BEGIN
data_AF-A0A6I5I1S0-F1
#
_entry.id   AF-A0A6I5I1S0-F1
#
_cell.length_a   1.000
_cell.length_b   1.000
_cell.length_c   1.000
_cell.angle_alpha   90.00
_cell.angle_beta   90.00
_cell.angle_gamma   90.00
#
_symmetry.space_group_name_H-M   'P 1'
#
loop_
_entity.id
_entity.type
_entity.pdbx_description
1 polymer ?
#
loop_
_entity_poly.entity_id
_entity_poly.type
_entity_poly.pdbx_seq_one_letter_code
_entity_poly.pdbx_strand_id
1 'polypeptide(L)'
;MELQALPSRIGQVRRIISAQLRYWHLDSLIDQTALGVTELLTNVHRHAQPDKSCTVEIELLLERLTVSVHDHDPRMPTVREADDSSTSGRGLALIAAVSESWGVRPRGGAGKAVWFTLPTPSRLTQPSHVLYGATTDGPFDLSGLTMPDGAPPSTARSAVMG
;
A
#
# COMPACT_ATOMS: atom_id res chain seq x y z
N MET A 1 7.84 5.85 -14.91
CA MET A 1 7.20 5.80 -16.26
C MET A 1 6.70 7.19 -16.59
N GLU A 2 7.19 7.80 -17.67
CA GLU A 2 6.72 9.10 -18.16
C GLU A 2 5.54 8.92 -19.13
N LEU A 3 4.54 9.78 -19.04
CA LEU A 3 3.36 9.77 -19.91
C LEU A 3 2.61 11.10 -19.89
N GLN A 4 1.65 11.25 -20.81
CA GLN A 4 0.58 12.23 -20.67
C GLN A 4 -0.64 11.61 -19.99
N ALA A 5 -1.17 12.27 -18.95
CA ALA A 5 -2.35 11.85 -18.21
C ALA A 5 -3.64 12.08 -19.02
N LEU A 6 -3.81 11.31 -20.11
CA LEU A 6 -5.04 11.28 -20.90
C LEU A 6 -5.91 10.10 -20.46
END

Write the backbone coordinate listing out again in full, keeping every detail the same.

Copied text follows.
data_AF-A0A6I5I1S0-F1
#
_entry.id   AF-A0A6I5I1S0-F1
#
_cell.length_a   1.000
_cell.length_b   1.000
_cell.length_c   1.000
_cell.angle_alpha   90.00
_cell.angle_beta   90.00
_cell.angle_gamma   90.00
#
_symmetry.space_group_name_H-M   'P 1'
#
loop_
_entity.id
_entity.type
_entity.pdbx_description
1 polymer ?
#
loop_
_entity_poly.entity_id
_entity_poly.type
_entity_poly.pdbx_seq_one_letter_code
_entity_poly.pdbx_strand_id
1 'polypeptide(L)'
;MELQALPSRIGQVRRIISAQLRYWHLDSLIDQTALGVTELLTNVHRHAQPDKSCTVEIELLLERLTVSVHDHDPRMPTVREADDSSTSGRGLALIAAVSESWGVRPRGGAGKAVWFTLPTPSRLTQPSHVLYGATTDGPFDLSGLTMPDGAPPSTARSAVMG
;
A
#
# COMPACT_ATOMS: atom_id res chain seq x y z
N MET A 1 7.84 5.85 -14.91
CA MET A 1 7.20 5.80 -16.26
C MET A 1 6.70 7.19 -16.59
N GLU A 2 7.19 7.80 -17.67
CA GLU A 2 6.72 9.10 -18.16
C GLU A 2 5.54 8.92 -19.13
N LEU A 3 4.54 9.78 -19.04
CA LEU A 3 3.36 9.77 -19.91
C LEU A 3 2.61 11.10 -19.89
N GLN A 4 1.65 11.25 -20.81
CA GLN A 4 0.58 12.23 -20.67
C GLN A 4 -0.64 11.61 -19.99
N ALA A 5 -1.17 12.27 -18.95
CA ALA A 5 -2.35 11.85 -18.21
C ALA A 5 -3.64 12.08 -19.02
N LEU A 6 -3.81 11.31 -20.11
CA LEU A 6 -5.04 11.28 -20.90
C LEU A 6 -5.91 10.10 -20.46